I am in high school, but I am hoping to attend college in a city like New York or London. I would describe my personal style as simple and always classic. I want to wear pieces that will always be fashionable, from now to when I am starting my first job. I am putting together my capsule wardrobe. To me, how I dress conveys how I think about myself. I would love advice on what pieces I should have in my closet to look classy and put together but without dressing like Kate Middleton all the time? — Abbey, Greenville, S.C.
All I can say is: You’re a lot more forward-thinking than I was at your age. And more important, what you are thinking about is what may be the single most effective thing any of us can do when it comes to fashion and climate change: laying the building blocks of a sustainable wardrobe — that is, one that lasts over time and is not disposable.
Of course, you will want to add and subtract as the semiotics of your identity change. The college version of you (and the high school version of you, for that matter) and the middle-aged you are unlikely to be exactly the same.
But like your essential character, there will be basic, identifiable traits — clothes in your wardrobe that reflect core values that don’t change over time. Figure them out now, and you can rely on them later.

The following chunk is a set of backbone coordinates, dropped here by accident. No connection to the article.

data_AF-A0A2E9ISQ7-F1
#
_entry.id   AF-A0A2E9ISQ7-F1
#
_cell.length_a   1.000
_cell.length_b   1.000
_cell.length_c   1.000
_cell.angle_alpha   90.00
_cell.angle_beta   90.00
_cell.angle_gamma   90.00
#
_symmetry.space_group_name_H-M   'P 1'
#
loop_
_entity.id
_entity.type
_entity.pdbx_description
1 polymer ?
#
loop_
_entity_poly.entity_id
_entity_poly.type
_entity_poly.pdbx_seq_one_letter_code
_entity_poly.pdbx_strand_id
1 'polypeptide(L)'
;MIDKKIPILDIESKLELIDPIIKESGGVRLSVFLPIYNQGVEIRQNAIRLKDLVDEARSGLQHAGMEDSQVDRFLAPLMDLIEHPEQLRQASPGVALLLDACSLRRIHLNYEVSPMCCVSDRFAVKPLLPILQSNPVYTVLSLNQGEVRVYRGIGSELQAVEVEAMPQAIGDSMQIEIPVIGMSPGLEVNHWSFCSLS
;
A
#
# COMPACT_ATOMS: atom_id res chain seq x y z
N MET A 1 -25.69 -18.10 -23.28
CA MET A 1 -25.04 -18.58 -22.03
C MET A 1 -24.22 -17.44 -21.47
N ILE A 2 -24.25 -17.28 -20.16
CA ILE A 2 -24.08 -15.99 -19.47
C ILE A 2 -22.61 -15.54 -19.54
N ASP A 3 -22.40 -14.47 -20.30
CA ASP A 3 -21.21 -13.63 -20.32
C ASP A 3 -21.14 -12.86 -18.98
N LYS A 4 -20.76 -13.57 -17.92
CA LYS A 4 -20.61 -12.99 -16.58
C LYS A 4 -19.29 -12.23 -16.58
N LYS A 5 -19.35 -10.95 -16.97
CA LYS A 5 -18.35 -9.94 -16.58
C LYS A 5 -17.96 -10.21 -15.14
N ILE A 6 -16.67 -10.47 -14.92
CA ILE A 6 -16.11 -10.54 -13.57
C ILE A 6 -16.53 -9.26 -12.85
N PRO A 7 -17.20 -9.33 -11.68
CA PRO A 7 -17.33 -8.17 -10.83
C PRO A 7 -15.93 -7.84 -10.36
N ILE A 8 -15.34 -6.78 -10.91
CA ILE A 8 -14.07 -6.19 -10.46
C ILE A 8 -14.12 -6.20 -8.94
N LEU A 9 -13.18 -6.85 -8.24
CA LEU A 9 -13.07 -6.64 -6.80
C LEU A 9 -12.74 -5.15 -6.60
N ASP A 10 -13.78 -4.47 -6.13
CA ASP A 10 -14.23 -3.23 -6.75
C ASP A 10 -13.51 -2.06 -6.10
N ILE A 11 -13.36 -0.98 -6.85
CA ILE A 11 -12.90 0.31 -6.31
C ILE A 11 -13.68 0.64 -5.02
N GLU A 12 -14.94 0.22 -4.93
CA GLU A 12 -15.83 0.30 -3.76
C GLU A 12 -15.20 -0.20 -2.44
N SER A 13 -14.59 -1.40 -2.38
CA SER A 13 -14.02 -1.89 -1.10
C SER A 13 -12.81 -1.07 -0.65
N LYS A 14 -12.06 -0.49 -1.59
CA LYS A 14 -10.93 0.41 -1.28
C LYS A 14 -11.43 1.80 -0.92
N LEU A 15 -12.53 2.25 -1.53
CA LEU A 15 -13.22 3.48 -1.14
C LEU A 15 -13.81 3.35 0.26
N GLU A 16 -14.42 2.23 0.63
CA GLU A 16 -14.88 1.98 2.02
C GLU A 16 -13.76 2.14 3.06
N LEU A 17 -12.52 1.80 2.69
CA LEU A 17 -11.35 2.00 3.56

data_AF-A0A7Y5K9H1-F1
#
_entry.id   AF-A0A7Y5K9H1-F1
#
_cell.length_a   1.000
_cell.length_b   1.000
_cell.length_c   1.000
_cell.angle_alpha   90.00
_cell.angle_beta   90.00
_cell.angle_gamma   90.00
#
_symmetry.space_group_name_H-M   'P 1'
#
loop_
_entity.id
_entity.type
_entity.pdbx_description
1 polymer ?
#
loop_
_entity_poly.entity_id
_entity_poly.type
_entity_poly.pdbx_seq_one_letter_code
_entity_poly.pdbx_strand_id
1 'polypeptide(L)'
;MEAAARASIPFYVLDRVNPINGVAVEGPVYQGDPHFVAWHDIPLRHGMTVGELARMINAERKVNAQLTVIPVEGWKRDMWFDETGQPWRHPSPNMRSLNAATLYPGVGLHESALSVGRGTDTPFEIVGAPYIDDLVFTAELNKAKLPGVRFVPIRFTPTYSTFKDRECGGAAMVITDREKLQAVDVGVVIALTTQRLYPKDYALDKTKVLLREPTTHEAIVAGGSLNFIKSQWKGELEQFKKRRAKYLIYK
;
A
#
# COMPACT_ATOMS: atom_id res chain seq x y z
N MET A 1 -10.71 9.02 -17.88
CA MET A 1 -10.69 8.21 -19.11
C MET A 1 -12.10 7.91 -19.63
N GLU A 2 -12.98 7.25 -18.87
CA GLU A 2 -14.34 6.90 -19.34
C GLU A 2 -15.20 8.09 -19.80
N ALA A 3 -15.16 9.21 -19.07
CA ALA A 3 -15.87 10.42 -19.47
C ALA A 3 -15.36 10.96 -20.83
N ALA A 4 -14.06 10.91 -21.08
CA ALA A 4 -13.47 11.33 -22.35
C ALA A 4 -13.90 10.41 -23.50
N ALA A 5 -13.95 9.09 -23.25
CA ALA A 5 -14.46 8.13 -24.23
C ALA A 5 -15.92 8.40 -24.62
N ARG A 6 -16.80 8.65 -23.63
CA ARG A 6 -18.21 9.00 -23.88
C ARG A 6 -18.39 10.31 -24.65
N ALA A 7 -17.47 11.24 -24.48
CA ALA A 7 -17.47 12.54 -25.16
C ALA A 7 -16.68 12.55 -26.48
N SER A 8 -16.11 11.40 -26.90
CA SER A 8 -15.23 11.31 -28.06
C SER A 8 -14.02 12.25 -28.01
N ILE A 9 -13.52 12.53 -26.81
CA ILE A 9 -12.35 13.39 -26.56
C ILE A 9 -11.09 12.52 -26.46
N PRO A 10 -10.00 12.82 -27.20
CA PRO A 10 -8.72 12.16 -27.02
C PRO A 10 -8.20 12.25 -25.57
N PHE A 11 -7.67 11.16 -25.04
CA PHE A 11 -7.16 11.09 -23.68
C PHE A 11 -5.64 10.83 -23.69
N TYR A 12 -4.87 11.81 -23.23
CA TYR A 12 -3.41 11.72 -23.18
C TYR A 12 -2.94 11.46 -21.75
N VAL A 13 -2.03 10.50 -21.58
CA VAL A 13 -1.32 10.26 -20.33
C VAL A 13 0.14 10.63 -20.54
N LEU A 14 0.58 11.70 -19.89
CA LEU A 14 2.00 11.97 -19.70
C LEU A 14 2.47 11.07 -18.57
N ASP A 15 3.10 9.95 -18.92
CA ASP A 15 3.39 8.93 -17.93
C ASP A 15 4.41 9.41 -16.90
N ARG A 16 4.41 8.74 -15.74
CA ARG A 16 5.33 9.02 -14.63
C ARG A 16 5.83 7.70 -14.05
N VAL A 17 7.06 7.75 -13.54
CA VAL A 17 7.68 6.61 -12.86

So how to do that? I asked Tory Burch, the famously well-dressed designer, what she would recommend. “Black and white always works,” she said, “and an incredible accessory in a bright color is also a great idea.
“A few classic pieces will anchor your style: a great handbag, a well-cut blazer, a pair of loafers and a chic trench coat. I have always loved to mix high and low, and vintage works well for timeless pieces, too. Buying fewer, more beautiful investment pieces is key, and they are worth holding on to. I wish I hadn’t given so many things away; they always come back, especially if they are classic in spirit.”
To that list I would add a military greatcoat for winter, a slip dress with cardigan, a mannish slouchy trouser suit, a Breton striped sweater and a couple of great T-shirts. (Never underestimate the value of a great T-shirt.)
Diane von Furstenberg, the designer who invented the wrap dress, a garment that has proved its perennial appeal since she created it in 1973, added, “Pick the pieces that you are comfortable in and that you can use to make endless combinations.”
And a few more tips to consider: First, if you are going to engage in overt branding, make sure it’s vintage — and not vintage from five years ago but vintage vintage (at least 20 years old). Nothing says “stuck in XX season” like a recognizable logo.
Second, invest in fabrics. Wool, cashmere, Pima cotton and silk tend to stand the test of time, unlike, say, Lycra and spandex, which can stretch out of shape. (Check out this guide on how to buy clothes built to last.)
Third, remember the cost-per-wear calculation. If a garment seems expensive, divide the price by the number of years you think you will wear it and the number of times per year. Chances are, that $500 dress will be more cost-effective than a $20 T-shirt that shreds on the second wash so you wear it only twice.
And finally, whatever you buy, take care of it. Hang it on proper hangars with enough space to breath. Protect it from moths. Mend it if necessary. Maybe wash it by hand. Otherwise, all this forethought will be for naught.